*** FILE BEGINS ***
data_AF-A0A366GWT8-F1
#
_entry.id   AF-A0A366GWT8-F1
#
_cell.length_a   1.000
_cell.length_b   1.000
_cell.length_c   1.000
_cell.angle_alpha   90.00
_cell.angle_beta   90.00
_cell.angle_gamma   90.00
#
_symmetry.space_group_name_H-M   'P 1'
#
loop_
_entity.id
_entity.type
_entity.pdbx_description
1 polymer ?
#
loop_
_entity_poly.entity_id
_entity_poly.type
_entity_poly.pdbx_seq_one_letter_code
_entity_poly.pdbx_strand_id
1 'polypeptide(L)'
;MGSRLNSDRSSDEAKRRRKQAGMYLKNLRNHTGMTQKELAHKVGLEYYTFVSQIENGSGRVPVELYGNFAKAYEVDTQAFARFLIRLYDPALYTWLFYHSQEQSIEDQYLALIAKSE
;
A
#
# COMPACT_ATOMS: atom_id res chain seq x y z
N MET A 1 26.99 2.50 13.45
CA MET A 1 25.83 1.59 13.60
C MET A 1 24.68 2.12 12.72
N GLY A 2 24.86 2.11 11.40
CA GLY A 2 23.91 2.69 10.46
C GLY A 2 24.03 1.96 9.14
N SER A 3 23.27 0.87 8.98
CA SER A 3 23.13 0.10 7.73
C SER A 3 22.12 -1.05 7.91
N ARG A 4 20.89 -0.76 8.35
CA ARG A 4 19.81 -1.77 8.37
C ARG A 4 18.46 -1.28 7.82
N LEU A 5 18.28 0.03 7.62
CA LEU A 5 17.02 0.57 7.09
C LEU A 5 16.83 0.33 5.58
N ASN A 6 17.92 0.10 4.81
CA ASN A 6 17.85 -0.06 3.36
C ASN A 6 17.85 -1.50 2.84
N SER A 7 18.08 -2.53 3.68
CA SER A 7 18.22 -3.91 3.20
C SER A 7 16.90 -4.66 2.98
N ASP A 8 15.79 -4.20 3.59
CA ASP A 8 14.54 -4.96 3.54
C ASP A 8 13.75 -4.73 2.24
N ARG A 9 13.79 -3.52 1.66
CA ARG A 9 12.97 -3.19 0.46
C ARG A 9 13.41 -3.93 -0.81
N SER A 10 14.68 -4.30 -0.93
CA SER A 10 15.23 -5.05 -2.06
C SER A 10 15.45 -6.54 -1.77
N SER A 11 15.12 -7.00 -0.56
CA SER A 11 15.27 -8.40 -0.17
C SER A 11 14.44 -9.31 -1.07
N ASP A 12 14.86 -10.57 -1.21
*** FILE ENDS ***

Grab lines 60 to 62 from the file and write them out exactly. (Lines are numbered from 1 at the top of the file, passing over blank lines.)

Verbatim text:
C SER A 10 15.45 -6.54 -1.77
N SER A 11 15.12 -7.00 -0.56
CA SER A 11 15.27 -8.40 -0.17